Latino voices

Here’s what five Latino students have to say about their school experience in Memphis

PHOTO: Caroline Bauman
Students at a Latino Memphis conference vie for T-shirts and lanyards from local university representatives.

Born in Mexico, Chantel Barcenas recalls what it felt like to grow up in Memphis as the only Latina student in her elementary and middle schools — and how education offered her “the chance to find myself.”

Chantel Barcenas
Chantel Barcenas

“That was really hard, but now I feel like I know my identity more,” the high school senior said Monday while attending a youth rally for Hispanic students in Shelby County. “The more you learn about the world in school, the more it helps you do that.”

Barcenas was one of three Memphis students to perform spoken word poetry before 800 of her peers, many of whom are fellow immigrants or children of immigrants, at this week’s event.

“We have gone through struggles that so many don’t know about to get to a place where we have education and opportunities,” said Barcenas, who attends Cordova High School. “To be able to come together and share our personal stories through poetry for so many, that’s powerful.”

Latino Memphis, a nonprofit organization aiding the Mid-South’s Hispanic population, partnered with Shelby County Schools to bring students from nine high schools to its annual Congreso conference. This is the second year Congreso has included a rally for high school juniors and seniors to hear motivational speakers and talk with representatives from local universities.

Chalkbeat spoke with several Latino teens about their opportunities and challenges as students. Here are some of their responses, condensed for brevity.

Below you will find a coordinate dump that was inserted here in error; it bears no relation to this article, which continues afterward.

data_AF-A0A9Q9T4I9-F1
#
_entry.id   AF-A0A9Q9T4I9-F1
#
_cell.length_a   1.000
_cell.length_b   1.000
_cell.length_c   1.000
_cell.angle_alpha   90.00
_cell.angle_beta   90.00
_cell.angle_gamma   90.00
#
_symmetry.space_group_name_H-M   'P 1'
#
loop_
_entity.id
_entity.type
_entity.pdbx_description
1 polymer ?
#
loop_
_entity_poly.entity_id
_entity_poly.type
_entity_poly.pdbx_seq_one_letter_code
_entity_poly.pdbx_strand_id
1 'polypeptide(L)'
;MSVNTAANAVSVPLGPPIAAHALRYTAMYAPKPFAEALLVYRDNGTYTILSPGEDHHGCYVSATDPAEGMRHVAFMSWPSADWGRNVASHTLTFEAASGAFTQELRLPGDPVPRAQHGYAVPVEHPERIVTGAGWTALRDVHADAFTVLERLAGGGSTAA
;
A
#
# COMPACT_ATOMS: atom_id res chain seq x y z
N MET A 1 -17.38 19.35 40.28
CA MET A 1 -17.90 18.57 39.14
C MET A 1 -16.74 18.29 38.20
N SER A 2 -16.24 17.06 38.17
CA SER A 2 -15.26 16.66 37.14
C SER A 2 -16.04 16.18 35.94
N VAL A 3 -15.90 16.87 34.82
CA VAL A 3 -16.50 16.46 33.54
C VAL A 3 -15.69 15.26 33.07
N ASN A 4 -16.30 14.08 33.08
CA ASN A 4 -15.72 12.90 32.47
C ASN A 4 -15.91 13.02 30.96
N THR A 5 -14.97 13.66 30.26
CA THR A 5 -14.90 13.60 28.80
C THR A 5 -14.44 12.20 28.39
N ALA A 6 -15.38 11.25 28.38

What does successful education look like to you?

“It’s the opportunity to be someone in life,” said Janeth Brigido, a senior at Wooddale High School. “It’s like a gift … but a really hard gift. If you work really hard and have the right people to help you, it can be the chance to offer something to your parents they never had.”

What’s been one of the biggest challenges of attending public schools in Memphis?

Oscar Mancilla
Oscar Mancilla

“Learning the language, not being able to talk or connect with others,” said Oscar Mancilla, a 12th-grader at Sheffield High School. “Even though I was born in the states, I was raised to speak Spanish. There are still words I don’t understand. That’s frustrating when you don’t feel like people understand how difficult it is to learn a new language when you’re older. It’s not a quick thing.”

“Racism,” said Tina Velasquez, a junior at Kirby High School. “It took a year and a half for me to really learn the language. “I felt like I had to prove myself more than the other kids around me … like that I could be a part of the honors society and that I deserved the same opportunities as everyone else.”

“You’re really just thrown into the system,” Barcenas said. “There’s not a lot of guidance, especially with the language. I also wish we were introduced to our peers in a better way. Instead of just, ‘This is the new kid who can’t really speak your language,’ helping us tell our classes where we’re from and why we’re here. Some people have no idea what we went through to get here.”

Shelby County Schools is under a federal civil rights investigation for discrimination of migrant children. Have you or anyone you know been blocked from going to Memphis high schools?

“A friend of mine had to really ask the school administration to stay at Wooddale. He was older and didn’t speak much English, but he really wanted to go to high school and learn. He was able attend, but not everyone is,” said Brigido, who is originally from Mexico and has lived in Memphis for 12 years.

From left: Cynthia Ayala and Janeth Brigido attend a Congreso rally from Wooddale High School.